- A strong consumer portfolio has been created. Consumer policy is no longer scattered across different portfolios but has a prominent place in the portfolio of the Commissioner for Justice, Consumers and Gender Equality (Věra Jourová).
- As the President-elect announced in this speech before the European Parliament on 15 July, he has also created a Commissioner specifically for Migration (under Dimitris Avramopoulos) to prioritise a new policy on migration that will robustly tackle irregular migration, whilst at the same time making Europe an attractive destination for top talent.
- A number of portfolios have been reshaped and streamlined. Significantly, the Environment and Maritime Affairs and Fisheries portfolios have been combined (under Karmenu Vella) to reflect the twin logic of “Blue” and “Green” Growth – environment and maritime conservation policies can and should play a key role in creating jobs, preserving resources, stimulating growth and encouraging investment. Protecting the environment and maintaining our competitiveness have to go hand-in-hand, both are about a sustainable future. The same logic has been applied in deciding to establish one Commissioner in charge of both Climate Action and Energy policy (under Miguel Arias Cañete). Strengthening the share of renewable energies is not only a matter of a responsible climate change policy. It is, at the same time, an industrial policy imperative if Europe still wants to have affordable energy in the medium term. Both new portfolios will contribute to the Project Team ‘Energy Union’ steered and coordinated by Alenka Bratušek.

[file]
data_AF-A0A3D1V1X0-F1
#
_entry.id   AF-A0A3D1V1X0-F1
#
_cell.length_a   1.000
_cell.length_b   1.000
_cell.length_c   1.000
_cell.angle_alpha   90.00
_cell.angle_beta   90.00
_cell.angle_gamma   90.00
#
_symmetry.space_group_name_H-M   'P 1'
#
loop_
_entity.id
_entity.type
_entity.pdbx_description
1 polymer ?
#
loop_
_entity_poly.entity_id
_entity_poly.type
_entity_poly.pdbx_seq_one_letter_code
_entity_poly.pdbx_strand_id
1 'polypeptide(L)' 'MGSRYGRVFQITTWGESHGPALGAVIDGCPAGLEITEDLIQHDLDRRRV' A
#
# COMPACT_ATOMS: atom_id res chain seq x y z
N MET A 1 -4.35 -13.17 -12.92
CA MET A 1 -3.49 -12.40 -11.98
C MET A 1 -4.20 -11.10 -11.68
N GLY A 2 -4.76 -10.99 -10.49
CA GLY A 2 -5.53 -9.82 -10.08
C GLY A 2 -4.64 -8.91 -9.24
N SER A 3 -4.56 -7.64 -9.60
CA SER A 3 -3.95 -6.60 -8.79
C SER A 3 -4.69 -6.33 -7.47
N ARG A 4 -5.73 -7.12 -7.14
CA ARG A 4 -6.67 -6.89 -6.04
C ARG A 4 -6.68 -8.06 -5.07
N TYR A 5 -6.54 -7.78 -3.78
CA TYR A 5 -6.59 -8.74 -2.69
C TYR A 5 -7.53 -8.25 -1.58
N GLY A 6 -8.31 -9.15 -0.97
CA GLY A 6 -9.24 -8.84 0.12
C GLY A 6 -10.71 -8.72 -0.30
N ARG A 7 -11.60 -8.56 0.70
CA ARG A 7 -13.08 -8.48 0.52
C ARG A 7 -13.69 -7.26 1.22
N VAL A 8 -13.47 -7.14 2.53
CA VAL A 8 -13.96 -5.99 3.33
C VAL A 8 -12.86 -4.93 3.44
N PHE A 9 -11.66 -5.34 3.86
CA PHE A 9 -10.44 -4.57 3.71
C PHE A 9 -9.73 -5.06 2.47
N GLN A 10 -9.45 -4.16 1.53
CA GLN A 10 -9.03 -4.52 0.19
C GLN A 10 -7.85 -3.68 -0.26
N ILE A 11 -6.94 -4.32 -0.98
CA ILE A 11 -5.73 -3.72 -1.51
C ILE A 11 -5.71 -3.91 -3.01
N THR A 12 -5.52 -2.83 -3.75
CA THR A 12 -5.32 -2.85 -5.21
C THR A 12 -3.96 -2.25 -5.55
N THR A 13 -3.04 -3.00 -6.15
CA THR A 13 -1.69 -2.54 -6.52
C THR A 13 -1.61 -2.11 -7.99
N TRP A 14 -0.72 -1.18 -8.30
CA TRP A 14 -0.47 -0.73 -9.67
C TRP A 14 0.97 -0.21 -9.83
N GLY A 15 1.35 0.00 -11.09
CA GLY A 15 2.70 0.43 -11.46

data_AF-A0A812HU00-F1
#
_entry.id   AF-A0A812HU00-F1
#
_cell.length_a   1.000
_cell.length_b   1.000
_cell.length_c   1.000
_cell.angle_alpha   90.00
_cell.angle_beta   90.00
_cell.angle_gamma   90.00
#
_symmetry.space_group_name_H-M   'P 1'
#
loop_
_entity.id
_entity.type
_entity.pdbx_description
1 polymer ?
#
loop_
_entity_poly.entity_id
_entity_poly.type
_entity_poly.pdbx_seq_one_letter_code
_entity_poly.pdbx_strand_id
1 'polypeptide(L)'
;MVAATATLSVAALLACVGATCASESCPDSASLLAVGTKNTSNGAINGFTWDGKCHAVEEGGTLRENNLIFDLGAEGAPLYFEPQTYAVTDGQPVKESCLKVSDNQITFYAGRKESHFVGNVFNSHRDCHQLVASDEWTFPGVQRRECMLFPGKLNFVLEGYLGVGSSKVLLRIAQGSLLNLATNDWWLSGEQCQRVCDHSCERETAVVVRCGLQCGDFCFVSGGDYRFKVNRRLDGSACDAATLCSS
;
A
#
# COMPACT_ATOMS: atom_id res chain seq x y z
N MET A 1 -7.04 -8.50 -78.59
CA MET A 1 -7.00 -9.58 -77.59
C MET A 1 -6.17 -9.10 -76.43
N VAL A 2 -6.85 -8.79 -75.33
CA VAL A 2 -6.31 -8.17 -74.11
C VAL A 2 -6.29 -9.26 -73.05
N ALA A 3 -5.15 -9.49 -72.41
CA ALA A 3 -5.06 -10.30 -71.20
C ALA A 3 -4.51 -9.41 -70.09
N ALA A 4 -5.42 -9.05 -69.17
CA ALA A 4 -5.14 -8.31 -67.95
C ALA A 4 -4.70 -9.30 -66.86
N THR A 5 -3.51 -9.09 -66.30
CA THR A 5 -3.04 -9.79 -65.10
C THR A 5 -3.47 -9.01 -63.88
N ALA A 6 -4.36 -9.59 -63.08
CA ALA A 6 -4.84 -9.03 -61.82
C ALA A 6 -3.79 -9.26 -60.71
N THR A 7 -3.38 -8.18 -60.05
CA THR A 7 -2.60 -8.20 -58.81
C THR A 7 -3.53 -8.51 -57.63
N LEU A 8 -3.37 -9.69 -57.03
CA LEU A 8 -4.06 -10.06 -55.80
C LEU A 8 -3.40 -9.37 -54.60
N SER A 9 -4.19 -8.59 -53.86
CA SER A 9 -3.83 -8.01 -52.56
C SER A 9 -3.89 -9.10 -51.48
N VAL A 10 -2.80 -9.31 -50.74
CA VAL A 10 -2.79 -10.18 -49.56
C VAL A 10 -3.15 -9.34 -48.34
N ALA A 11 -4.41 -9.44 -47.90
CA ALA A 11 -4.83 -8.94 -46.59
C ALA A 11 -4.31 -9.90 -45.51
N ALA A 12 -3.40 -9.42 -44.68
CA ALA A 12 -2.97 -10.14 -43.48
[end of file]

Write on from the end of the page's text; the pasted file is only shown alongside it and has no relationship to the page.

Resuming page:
- The European Neighbourhood Policy and Enlargement Negotiations portfolio (under Johannes Hahn), next to a reinforced neighbourhood policy, puts the focus on the continuation of enlargement negotiations, whilst acknowledging that there will be no enlargement of the European Union for the next five years, as President-elect Juncker set out in his Political Guidelines.
- The new Financial Stability, Financial Services and Capital Markets Union portfolio (under Jonathan Hill) will focus the existing expertise and responsibility in one place, a newly created Directorate-General, and ensure the Commission remains active and vigilant in implementing the new supervisory and resolution rules for banks.